By Matt Liebowitz
Gabby Mercier made an indelible mark on Williston’s diving program this year. She broke the school record for the six-dive and the 11-dive events; she broke the pool record for the 11-dive event; she broke her own NEPSAC Division II 11-dive record; and she set the 11-dive New England Open record, landing the highest score of all time in NEPSAC history.
If the stats seem overwhelming, how about a more succinct encapsulation of Gabby’s four years of outstanding accomplishments from Williston’s Athletic Director, Mark Conroy: “She’s arguably the greatest diver in the school’s history.”
The sentiment is shared by head swimming and diving coach David Koritkoski. “Gabriella should be credited with helping to revitalize our diving program,” he said. “She is one of the primary reasons our program is so healthy, and her impact will be felt by Williston swimmers and divers for years to come.”
Come fall, Gabby will join the diving team at Williams College, where she’ll hit the board under the direction of Coach Kit Koch. Her mother, Lynn, who also serves as Gabby’s diving coach at Williston, will be relatively nearby, in Granby, Mass., where Gabby, for a few more months at least, still lives. She’ll also be close to her club team, Springfield Area Diving, and coach Pete Avdoulos, as well as Thompsons Gymnastic Center in South Hadley, where she’s coached the past two summers.
Everything is lining up as it should for the accomplished and responsible 18-year-old senior. It wasn’t so long ago, though, that things took a nasty turn, one that threatened to derail all the current success she’s found.
Two years ago, a fluke, “one-in-a-million accident” as she called it, stalled Gabby’s diving career. Instead of taking on new challenges or perfecting her existing roster of dives, she instead fought through surgery and months of physical therapy. It was a grueling period; the inactivity went against everything Gabby knew as a competitive athlete.
The injury came on Valentine’s Day, 2015. A sophomore at the time, Gabby was competing at home against Suffield Academy when, in the middle of the reverse one-and-a-half, she mistook the sun coming through the glass for the ceiling. Because so much of diving is noticing and counting rotations in relation to the ceiling or the pool, the illusion threw off her spatial awareness; she came out of the dive too early and shattered her left middle finger on the board.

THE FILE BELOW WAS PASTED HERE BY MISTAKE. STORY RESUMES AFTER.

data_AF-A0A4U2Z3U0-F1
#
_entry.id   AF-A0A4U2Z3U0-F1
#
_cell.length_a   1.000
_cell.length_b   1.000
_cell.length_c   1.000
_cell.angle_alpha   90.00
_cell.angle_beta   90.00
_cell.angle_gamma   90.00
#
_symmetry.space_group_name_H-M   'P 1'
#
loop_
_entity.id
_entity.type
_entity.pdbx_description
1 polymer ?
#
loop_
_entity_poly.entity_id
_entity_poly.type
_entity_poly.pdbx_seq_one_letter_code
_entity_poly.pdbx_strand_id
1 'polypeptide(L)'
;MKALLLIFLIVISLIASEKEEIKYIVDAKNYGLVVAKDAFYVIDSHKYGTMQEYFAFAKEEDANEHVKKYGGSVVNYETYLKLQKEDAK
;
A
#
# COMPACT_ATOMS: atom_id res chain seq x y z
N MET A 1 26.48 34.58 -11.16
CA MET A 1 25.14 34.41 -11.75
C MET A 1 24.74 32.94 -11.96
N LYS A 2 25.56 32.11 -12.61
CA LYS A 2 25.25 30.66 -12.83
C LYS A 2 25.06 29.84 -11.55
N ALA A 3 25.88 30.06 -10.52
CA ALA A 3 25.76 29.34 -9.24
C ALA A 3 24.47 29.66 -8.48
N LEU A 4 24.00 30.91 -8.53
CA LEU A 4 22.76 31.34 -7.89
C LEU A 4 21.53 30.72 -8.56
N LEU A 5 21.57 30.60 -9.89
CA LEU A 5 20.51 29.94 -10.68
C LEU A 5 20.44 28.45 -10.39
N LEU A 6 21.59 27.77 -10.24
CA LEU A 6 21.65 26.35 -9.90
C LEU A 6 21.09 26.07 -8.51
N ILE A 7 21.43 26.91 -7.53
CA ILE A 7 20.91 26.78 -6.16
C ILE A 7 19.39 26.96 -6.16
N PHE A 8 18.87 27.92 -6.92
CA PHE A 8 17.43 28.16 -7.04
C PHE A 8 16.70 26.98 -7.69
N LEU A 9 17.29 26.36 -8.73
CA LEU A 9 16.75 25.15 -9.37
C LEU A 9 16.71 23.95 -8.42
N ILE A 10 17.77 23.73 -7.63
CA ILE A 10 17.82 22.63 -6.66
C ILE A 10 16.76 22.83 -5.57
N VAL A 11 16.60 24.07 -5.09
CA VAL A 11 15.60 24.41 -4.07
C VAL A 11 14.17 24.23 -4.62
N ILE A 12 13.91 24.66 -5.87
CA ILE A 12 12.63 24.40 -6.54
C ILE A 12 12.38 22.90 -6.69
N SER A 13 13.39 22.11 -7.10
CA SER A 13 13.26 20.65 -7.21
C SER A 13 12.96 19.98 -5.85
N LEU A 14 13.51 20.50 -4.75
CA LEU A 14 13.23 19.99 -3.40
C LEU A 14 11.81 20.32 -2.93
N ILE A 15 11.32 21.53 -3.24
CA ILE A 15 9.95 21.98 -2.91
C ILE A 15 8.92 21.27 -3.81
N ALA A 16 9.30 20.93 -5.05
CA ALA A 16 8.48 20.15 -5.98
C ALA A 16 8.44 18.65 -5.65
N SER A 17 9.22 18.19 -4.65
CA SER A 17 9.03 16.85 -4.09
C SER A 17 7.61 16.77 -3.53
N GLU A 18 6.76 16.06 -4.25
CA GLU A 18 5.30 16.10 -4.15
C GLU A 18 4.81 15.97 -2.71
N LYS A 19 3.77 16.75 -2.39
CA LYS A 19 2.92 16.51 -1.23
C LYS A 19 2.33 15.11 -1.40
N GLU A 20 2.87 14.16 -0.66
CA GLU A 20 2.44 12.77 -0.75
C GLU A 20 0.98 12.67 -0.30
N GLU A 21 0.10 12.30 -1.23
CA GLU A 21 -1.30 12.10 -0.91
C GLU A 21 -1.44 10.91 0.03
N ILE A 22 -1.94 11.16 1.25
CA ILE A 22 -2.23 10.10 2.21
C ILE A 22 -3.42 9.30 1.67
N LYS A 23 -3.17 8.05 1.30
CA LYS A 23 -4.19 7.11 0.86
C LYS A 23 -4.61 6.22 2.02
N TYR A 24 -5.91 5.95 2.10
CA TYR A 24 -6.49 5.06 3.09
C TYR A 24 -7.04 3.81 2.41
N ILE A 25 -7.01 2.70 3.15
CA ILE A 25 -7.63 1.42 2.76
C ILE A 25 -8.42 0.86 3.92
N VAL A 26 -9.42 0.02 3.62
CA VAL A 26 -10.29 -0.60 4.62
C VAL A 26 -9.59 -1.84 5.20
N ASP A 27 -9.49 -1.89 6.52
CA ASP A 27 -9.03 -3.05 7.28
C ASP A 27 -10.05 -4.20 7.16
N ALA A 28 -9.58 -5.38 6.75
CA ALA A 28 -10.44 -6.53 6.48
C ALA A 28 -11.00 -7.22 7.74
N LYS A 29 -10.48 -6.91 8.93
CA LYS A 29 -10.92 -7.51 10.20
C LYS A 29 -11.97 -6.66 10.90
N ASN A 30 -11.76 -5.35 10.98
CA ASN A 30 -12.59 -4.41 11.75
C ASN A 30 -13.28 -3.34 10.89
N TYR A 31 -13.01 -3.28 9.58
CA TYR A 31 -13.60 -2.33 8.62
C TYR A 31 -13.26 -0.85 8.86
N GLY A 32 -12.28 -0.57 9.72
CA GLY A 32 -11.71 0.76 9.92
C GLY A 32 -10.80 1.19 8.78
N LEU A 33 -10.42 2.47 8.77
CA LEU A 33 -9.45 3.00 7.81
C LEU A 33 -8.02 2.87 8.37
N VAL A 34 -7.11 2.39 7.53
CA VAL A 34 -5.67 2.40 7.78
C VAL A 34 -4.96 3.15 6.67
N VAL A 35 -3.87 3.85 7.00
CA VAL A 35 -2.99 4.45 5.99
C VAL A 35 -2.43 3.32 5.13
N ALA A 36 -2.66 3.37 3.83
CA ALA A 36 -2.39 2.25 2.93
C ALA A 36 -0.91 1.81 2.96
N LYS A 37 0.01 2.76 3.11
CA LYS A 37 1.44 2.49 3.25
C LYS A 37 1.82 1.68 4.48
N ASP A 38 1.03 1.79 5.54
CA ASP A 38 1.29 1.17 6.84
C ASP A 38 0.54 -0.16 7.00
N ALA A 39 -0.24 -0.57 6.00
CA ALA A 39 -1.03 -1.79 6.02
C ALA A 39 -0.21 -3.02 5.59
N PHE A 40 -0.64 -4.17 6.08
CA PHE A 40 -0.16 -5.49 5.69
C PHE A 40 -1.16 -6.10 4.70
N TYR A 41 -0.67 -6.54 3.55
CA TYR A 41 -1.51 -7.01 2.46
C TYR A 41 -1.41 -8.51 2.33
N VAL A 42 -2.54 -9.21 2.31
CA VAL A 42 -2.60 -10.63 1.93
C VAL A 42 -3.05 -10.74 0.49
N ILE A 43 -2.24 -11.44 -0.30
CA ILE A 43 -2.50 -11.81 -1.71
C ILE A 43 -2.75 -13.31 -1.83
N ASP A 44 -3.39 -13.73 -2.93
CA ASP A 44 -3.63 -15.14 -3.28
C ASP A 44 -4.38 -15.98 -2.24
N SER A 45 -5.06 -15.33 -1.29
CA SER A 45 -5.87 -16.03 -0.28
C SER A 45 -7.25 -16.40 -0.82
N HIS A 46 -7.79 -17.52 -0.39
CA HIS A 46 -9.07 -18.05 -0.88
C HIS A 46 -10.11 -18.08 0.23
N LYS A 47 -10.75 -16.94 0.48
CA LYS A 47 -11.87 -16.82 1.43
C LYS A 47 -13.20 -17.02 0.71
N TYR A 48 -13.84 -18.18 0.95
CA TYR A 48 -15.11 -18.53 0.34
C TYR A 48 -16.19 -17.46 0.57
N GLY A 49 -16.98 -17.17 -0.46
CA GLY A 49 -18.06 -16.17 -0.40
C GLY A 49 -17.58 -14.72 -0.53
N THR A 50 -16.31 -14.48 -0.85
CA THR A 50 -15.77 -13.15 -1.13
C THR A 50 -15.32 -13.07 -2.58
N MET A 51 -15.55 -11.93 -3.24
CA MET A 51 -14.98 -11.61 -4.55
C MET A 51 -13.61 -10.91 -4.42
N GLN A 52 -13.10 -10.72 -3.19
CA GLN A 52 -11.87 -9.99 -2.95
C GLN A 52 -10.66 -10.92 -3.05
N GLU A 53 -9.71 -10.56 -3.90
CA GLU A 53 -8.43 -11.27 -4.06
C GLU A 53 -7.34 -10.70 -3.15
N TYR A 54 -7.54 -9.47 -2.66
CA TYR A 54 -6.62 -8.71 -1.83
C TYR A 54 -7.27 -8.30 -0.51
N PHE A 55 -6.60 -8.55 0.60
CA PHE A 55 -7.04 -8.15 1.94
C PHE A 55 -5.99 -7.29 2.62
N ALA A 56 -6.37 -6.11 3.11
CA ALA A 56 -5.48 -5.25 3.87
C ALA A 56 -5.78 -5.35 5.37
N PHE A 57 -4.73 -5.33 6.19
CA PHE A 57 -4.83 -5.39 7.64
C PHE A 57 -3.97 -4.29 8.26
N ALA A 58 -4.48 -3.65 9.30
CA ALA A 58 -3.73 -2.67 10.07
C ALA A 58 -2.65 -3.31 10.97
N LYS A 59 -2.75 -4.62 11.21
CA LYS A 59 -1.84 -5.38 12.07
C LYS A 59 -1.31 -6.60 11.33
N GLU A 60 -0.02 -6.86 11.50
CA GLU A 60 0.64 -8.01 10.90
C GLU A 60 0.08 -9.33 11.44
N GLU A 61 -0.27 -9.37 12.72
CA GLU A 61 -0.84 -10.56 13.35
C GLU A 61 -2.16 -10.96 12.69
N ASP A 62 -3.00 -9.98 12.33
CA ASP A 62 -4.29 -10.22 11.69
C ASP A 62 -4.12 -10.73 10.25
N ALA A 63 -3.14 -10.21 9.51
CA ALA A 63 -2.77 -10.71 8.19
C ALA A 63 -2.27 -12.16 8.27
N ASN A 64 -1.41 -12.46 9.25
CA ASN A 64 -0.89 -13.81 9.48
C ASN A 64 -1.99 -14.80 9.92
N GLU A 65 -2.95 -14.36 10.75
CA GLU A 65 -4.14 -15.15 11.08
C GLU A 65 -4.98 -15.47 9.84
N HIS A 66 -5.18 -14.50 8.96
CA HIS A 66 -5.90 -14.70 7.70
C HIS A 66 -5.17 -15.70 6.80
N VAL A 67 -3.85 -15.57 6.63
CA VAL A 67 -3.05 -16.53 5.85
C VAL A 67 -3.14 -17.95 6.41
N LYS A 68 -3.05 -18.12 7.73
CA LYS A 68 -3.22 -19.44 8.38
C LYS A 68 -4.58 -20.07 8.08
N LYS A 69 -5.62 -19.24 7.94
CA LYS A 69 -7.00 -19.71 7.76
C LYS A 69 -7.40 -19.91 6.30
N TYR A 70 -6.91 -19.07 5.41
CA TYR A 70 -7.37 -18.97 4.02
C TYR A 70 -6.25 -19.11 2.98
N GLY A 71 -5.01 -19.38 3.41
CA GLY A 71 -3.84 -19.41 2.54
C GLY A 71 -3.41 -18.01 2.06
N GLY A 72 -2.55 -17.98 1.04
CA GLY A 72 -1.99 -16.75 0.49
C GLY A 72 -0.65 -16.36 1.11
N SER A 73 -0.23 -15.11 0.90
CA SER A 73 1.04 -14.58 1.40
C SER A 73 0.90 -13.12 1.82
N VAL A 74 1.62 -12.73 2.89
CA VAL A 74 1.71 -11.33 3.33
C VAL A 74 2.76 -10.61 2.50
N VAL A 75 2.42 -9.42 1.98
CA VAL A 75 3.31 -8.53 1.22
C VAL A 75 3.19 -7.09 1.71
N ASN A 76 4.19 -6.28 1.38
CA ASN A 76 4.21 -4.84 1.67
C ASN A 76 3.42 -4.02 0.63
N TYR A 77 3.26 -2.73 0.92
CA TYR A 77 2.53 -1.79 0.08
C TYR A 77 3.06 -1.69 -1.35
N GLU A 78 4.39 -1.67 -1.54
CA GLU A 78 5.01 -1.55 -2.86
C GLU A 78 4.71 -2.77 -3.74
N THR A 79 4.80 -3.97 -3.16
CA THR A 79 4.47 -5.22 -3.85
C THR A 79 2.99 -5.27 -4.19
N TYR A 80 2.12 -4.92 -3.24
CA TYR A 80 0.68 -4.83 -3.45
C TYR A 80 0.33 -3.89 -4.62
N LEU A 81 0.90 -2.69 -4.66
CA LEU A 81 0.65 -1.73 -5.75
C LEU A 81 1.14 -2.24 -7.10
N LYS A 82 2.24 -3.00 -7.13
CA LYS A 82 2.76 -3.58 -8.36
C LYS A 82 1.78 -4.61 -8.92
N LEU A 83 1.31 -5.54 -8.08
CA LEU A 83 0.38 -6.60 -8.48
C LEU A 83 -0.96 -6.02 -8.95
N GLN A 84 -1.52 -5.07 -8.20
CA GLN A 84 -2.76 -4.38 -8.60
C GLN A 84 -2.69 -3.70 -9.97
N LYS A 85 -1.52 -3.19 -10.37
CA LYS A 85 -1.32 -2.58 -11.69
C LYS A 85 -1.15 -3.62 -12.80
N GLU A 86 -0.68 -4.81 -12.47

“It was bone mush,” Gabby said, pointing to a protrusion in her knuckle where the bone, or what’s left of it, is held together by a pin and rod.
Gabby had done the dive multiple times. She’d practiced it, perfected it. The devastating injury was as much mental as physical.
“It was a strange betrayal,” she said. “I’d done everything the same way I’d always done it. You trust your spot, you trust your body, and then, ‘bam.’”
Although the injury, she admitted, was “incredibly tough to overcome,” Gabby looks back on the traumatic event with the confidence of one who’s confronted an obstacle, stared it in the face, and risen above it.
“Knowing that it could happen again and end my career is tough to think about,” she said. “But when I think of it now, I know I’m going to be okay because I’ve worked past it. Back then it was, ‘What if, what if, what if?’ Overcoming the ‘what if’ proves that I can do [the dive] anytime I want.”
A deeper look at Gabby’s life outside the pool shows that Gabby is, in fact, a born fighter.
Until recently, Gabby’s severe peanut allergy was an ever-present fear. Sitting near someone eating peanuts, or touching a doorknob used by “someone who may have just had a peanut butter and jelly in the dining hall” could induce an intense, life-threatening allergic reaction, she said.
For the past three years, Gabby has been on an immunotherapy program at the New England Food Allergy Treatment Center in West Hartford, Conn. The treatments, and the experience of living with such a severe allergy, have infused Gabby’s life with a purpose beyond the pool. In fact, she plans to enter a pre-med program at Williams with the goal of working to address the issue she’s suffered from her whole life.
“As someone who’s experienced [a life-threatening allergy], I know the fear,” she said. “I know how safe you have to be. If I can help other people because of my experience, I want to do it.”
The allergy, Gabby said, “Made me who I am. I’m committed to finding a goal.”
Beyond the records, the trophies, and the recognition, all of which she more than deserves, Gabby’s true championship spirit lies in her tenacious and optimistic confidence.
“If there’s something I want,” Gabby said, “I can overcome anything to get there.”
And she already has: the reverse one-and-a-half dive is back in her routine.